March 25, 2013
Dear Mr. Schultz:
We love Starbucks and have been fans and patrons for decades. We’ve collected Starbucks coffee cups from Hawaii to the British Isles. I spend most Friday mornings in our local store enjoying lattes, Americanos, or, last Friday, a delicious peppermint mocha, usually bringing home beans for the week (this past week it was Dark Espresso Roast and Guatemalan Casi Cielo).
We love the story of the early days of Starbucks—its revival and your commitment to provide a great place of employment, as well as benefits, to even part-time employees. Starbucks really has been an example of the best traditions of American entrepreneurship and business models.
So it is with marked sadness that I tell you I won’t be giving my future business to your stores. You see, I find myself on the opposite side of the cultural and political battle lines you and others have drawn over what’s being called “same-sex marriage.”
As you’re aware, same-sex “marriage” is a watershed issue in American culture, politics, and history, pitting oppositional worldviews and values against each other. While I’m aware you and others hold that granting “marriage” status to homosexuals and lesbians represents equal treatment under the law and an appropriate, even required, respect for their lifestyle choices, I find myself firmly on the other side of this divide.
Like the president of the Chick-fil-A Corporation, I absolutely believe in showing others of every race, religion, and—yes—sexual orientation the respect I believe is due them because they bear the image of God. At the same time I also believe homosexuality and lesbianism is a deficient and harmful distortion of the image of God, which both dishonors our maker and brings about death in a variety of guises into the lives of those who practice and promote these distortions. I firmly believe your support of this distortion, and that of the Starbucks Corporation, will in fact ultimately harm those you mean to help.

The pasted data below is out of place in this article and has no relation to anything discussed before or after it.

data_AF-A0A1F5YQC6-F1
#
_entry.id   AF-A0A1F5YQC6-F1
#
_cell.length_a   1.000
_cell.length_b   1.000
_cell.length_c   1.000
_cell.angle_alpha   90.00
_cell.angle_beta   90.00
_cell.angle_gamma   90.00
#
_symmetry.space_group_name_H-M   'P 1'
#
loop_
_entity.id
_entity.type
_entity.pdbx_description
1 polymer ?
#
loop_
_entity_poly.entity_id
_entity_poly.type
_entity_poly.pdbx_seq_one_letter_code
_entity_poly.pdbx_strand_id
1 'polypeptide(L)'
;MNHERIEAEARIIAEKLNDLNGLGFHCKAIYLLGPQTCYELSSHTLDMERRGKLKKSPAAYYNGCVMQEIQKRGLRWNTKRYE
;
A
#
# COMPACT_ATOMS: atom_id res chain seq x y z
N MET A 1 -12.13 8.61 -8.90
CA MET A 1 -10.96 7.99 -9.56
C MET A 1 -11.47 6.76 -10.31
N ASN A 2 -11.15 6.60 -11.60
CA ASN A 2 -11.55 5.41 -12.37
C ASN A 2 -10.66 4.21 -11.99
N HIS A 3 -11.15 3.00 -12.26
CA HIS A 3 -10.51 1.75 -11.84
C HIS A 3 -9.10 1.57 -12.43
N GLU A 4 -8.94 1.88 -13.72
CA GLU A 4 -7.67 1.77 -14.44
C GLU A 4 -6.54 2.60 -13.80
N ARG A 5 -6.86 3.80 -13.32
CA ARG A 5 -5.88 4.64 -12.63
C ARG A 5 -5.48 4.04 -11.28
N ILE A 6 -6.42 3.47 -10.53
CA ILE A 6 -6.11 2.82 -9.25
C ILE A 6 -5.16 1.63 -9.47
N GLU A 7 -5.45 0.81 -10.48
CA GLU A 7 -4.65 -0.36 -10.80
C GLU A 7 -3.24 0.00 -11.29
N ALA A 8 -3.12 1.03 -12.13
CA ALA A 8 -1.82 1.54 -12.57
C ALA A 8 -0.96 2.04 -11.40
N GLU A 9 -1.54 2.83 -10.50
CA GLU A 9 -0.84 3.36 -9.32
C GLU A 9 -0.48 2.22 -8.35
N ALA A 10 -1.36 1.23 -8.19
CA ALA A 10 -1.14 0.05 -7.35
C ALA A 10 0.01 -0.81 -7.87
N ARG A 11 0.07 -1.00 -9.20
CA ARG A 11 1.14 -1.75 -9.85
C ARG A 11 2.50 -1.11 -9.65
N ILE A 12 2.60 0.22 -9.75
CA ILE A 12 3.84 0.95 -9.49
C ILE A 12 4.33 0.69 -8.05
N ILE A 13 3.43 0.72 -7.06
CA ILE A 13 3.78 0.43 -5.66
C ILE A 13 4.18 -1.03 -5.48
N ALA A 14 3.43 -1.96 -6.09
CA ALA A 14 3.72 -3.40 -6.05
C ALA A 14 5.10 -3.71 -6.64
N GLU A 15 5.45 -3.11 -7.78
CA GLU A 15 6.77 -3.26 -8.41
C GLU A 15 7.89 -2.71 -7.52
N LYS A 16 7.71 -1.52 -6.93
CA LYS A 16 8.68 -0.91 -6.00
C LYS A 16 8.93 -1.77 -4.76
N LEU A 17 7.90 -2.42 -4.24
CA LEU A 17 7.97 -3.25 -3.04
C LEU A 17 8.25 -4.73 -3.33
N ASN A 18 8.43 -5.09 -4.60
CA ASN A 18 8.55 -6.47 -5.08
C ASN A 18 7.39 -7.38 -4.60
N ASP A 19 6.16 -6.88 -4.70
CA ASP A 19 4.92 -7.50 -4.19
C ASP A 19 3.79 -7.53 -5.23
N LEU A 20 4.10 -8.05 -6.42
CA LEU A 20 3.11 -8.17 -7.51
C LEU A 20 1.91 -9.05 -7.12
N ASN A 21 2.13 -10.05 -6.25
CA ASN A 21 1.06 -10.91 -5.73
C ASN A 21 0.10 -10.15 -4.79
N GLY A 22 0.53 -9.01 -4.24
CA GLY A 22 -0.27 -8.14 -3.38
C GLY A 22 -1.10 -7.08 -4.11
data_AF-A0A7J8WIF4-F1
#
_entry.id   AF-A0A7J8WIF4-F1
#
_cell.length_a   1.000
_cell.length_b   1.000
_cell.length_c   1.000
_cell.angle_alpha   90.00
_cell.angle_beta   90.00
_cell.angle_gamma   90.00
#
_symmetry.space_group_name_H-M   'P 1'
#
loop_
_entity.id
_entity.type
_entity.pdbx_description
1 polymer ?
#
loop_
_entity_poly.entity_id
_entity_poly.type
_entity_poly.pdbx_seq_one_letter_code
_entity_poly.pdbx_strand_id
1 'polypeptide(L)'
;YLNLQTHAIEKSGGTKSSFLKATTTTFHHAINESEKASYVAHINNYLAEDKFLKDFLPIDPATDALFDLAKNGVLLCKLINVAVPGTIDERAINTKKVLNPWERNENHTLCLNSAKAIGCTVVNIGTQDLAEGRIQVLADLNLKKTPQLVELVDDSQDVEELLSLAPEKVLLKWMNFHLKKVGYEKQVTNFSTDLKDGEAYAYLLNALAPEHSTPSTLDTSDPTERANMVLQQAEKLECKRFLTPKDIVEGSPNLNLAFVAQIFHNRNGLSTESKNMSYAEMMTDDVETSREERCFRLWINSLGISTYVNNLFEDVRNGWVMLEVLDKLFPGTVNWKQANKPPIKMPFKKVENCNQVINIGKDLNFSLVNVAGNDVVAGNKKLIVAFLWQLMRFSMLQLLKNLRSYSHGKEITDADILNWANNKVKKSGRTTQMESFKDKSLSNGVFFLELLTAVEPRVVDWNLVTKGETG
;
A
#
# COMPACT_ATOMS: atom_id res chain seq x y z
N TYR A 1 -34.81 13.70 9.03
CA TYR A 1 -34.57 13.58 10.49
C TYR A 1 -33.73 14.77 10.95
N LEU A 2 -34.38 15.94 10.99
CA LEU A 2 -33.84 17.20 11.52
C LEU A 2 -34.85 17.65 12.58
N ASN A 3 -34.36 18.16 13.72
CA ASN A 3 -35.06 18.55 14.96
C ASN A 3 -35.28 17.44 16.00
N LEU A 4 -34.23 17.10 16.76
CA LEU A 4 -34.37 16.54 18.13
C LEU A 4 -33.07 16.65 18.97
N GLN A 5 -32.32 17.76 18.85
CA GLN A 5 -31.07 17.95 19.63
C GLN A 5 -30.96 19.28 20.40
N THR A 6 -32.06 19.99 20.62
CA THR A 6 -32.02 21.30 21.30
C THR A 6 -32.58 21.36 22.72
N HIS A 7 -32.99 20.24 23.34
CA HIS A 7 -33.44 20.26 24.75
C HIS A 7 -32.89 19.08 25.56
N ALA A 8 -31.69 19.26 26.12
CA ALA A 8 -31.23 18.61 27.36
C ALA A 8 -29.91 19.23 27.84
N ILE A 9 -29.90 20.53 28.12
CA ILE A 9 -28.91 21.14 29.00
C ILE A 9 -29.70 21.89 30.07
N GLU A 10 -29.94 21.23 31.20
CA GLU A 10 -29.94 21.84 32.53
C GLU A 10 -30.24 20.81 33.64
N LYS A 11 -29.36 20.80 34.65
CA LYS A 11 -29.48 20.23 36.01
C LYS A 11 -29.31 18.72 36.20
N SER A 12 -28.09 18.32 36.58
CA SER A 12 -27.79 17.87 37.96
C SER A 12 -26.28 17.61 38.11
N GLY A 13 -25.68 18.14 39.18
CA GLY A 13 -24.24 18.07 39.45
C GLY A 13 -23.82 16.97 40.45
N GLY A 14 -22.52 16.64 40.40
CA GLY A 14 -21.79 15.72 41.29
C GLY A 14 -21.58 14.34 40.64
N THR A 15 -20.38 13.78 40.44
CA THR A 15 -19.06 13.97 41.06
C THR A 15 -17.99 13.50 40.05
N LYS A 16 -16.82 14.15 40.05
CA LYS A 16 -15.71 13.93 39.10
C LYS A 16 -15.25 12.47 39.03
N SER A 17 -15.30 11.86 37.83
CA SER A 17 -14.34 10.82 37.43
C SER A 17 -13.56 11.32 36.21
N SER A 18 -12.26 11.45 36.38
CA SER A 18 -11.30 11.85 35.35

I find myself constrained to use the freedom I enjoy in this country, for now at least, to, as you invited your shareholder in the recent shareholder meeting to do, take my business elsewhere. Like your position of advancing the homosexual agenda, my decision to oppose it and to refrain from patronizing Starbucks is not primarily an economic one but a moral and ethical one. In trying, very imperfectly, to obey the two chief commands of God (to love Him first and above all else, and love my neighbor as myself), even in our coffee drinking, we will buy our coffee elsewhere.
In marriage and other spheres of life, I find myself far more confident in the ethics and wisdom of the One who said marriage was the joining of a man and a woman in a one flesh union (Genesis 2:24 and Matthew 19:4-6) than in the opinions of coffee moguls or in the shifting tides of popular morality. Cheers.